The Most Popular Cheeses With Mold

Mold is usually associated with negative things. It is the stuff that can grow on the very walls in our home when there is too much moisture or when the home has sustained water damage from a flood. It is the stuff that can grow on our foods, which tells us that it is no longer safe to eat and has to be thrown away. It can even cause allergic reactions, respiratory problems, and disease.

There is one instance, however, where mold is a good thing. When creating certain cheeses, mold is actually encouraged to grow or injected with bacterial cultures to grow mold. Although the idea of moldy cheese may be repulsive to some, the vast majority of people who like cheese in general end up loving moldy cheese. Here is a list of a few moldy cheeses:

After tasting it for the very first time in 1855, Napoleon himself named this cheese, which originated from the village of Camembert. Marie Harel made the first batch with pasteurized cow's milk. The milk is curdled and introduced to bacteria to increase mold production. In the beginning stages of ripening, the cheese is usually soft and crumbly but gets creamier within two to three weeks. After 21 days, the cheese should have acquired a yellowish appearance and is ready to be eaten with a baguette, fruit, crackers, or just by itself.

Blue cheese:
Among the many varieties of Blue cheese are two of the most popular cheeses, Stilton and Gorgonzola.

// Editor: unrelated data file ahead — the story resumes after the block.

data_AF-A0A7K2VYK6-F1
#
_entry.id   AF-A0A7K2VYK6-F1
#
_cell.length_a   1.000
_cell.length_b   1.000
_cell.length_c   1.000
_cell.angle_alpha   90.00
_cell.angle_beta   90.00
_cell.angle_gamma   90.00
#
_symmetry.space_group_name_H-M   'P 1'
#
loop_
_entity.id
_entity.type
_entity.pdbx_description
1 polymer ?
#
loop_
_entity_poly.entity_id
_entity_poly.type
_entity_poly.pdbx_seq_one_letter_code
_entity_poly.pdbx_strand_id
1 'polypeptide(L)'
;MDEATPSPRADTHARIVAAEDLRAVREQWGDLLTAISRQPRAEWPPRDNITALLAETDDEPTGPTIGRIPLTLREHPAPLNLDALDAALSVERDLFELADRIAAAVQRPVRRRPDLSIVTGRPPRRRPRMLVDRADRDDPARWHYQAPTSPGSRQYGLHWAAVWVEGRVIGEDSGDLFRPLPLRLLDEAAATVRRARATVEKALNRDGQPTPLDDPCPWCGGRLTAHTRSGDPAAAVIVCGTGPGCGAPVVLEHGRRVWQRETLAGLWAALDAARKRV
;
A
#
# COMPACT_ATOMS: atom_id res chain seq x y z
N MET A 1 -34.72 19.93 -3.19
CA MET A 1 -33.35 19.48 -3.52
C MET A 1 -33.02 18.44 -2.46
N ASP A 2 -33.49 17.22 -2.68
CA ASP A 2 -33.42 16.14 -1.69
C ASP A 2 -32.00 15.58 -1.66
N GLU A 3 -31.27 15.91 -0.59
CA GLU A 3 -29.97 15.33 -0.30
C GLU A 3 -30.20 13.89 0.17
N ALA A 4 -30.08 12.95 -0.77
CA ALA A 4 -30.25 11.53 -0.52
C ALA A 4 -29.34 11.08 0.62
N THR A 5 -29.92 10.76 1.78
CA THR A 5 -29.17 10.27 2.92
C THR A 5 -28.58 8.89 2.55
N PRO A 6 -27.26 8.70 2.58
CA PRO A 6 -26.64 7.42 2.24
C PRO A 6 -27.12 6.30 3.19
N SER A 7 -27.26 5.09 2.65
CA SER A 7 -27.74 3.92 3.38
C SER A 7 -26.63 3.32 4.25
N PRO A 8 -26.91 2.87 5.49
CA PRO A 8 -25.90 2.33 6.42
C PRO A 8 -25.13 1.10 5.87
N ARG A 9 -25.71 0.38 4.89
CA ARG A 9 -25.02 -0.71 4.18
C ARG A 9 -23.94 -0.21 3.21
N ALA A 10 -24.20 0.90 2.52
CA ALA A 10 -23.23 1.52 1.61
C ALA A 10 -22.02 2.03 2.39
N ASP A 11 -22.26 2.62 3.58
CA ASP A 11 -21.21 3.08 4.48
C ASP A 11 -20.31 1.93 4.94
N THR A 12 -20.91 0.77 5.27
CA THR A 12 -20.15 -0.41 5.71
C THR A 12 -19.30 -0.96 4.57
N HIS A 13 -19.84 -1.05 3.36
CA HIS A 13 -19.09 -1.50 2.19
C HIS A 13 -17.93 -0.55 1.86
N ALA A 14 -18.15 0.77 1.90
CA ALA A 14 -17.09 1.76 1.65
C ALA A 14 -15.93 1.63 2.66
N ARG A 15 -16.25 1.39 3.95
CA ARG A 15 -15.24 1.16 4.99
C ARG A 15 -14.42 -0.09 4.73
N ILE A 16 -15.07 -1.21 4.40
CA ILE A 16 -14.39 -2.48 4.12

Currently, Stilton cheese is only produced in eight dairies, all located in the counties of Nottinghamshire, Derbyshire, and Leicestershire. There are two kinds that are produced: blue and white. There are rather strict guidelines one must adhere to for Stilton production: They must be made only in the three aforementioned counties with local pasteurized milk; they must be unpressed; their final form must take on the traditional cylindrical shape; they must have blue veins that radiate from the center of the cheese; and they must be allowed to form their own crust. Most commonly eaten with celery or pears, this cheese can also be accompanied with other fruits, a baguette, a cracker, or as a topping on certain dishes.

Gorgonzola cheese originates from Italy's Milan region. It is made from pasteurized cow's milk and added with the bacteria Lactobacillus bulgaricus and Streptococcus thermophilus and Penicillium glaucum mold spores. During production, whey, a milk protein, is removed. The cheese is then aged at low temperatures, followed by the insertion of metallic rods to help create air channels so the mold can grow. Gorgonzola is usually aged between three and four months. Cheese that is creamier indicates a shorter aging period, and harder cheese indicates a longer aging period.

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About The Author, Rachel Yoshida
Rachel Yoshida is a writer in many fields.